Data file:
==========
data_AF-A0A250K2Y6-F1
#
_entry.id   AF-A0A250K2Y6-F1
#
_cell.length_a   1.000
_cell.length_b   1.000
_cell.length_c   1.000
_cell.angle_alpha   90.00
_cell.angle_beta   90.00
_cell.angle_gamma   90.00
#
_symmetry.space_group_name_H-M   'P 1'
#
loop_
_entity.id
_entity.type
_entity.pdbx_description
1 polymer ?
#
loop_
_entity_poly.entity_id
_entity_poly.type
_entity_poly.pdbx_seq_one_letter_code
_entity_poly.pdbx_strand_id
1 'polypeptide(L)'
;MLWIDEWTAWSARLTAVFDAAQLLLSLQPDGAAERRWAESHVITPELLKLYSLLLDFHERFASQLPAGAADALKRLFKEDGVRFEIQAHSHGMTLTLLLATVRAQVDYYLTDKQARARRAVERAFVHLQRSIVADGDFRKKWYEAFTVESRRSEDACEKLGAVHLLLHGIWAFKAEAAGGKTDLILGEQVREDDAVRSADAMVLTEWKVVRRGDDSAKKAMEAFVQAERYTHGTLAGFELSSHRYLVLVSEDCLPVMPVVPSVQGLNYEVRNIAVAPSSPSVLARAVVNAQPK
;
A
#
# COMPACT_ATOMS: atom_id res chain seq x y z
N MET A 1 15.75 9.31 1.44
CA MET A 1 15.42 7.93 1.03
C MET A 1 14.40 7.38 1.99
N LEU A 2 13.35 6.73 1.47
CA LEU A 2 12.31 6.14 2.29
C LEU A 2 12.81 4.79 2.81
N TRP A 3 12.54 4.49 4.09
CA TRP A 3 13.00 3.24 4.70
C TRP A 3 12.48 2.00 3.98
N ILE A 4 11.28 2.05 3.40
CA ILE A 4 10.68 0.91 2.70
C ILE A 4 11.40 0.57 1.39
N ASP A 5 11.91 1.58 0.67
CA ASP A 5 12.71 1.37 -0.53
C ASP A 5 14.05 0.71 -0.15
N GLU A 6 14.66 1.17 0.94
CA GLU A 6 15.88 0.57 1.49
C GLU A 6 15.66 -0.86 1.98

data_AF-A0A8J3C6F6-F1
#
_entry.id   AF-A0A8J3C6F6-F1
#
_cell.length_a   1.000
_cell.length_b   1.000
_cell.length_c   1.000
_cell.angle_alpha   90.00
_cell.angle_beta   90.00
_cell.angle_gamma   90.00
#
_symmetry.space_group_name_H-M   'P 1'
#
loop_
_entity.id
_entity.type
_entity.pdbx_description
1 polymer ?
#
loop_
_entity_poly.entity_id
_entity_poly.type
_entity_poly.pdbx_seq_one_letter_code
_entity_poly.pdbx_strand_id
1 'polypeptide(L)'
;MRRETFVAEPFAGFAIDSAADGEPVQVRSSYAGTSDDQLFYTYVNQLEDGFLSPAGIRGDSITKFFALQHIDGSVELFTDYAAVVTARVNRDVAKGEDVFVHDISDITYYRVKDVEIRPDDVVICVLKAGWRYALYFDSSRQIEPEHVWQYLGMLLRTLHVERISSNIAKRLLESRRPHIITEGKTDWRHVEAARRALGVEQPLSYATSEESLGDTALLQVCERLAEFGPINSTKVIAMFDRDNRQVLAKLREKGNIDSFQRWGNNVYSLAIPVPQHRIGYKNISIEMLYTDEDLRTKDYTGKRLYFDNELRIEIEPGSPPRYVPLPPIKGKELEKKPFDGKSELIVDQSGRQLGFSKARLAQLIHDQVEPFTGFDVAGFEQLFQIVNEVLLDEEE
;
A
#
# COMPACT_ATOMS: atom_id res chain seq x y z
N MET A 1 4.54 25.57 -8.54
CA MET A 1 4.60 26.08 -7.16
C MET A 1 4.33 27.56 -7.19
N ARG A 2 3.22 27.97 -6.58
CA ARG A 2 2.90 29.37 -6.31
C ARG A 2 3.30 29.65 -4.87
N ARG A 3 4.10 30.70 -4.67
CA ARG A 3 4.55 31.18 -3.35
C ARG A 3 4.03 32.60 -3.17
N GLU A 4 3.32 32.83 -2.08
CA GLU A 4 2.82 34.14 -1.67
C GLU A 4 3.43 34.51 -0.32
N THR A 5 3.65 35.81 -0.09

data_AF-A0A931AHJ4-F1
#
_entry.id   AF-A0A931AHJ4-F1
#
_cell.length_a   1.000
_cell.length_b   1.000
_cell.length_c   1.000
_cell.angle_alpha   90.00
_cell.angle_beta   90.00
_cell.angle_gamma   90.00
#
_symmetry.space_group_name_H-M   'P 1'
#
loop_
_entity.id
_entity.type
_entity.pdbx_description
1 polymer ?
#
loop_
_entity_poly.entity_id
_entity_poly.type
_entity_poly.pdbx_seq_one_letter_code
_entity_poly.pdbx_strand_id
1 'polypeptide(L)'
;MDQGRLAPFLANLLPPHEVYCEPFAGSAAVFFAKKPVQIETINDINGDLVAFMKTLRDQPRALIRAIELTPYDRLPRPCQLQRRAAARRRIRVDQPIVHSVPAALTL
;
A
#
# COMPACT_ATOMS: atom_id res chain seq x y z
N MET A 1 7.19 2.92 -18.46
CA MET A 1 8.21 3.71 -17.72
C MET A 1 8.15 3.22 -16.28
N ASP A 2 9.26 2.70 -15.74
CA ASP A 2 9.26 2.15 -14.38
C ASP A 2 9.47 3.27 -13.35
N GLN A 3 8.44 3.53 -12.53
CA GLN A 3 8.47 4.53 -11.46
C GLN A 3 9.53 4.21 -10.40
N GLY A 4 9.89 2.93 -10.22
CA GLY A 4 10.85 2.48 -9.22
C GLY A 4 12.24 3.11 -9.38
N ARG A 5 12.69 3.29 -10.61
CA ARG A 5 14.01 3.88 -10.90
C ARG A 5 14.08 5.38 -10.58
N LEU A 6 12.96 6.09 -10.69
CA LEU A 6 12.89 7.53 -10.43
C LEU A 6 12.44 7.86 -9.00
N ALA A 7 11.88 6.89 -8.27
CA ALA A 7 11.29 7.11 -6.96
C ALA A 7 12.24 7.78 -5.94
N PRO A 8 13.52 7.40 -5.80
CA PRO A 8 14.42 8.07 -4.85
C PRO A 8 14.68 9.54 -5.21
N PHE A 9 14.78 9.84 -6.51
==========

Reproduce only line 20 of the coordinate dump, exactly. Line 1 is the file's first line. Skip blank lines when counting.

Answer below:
loop_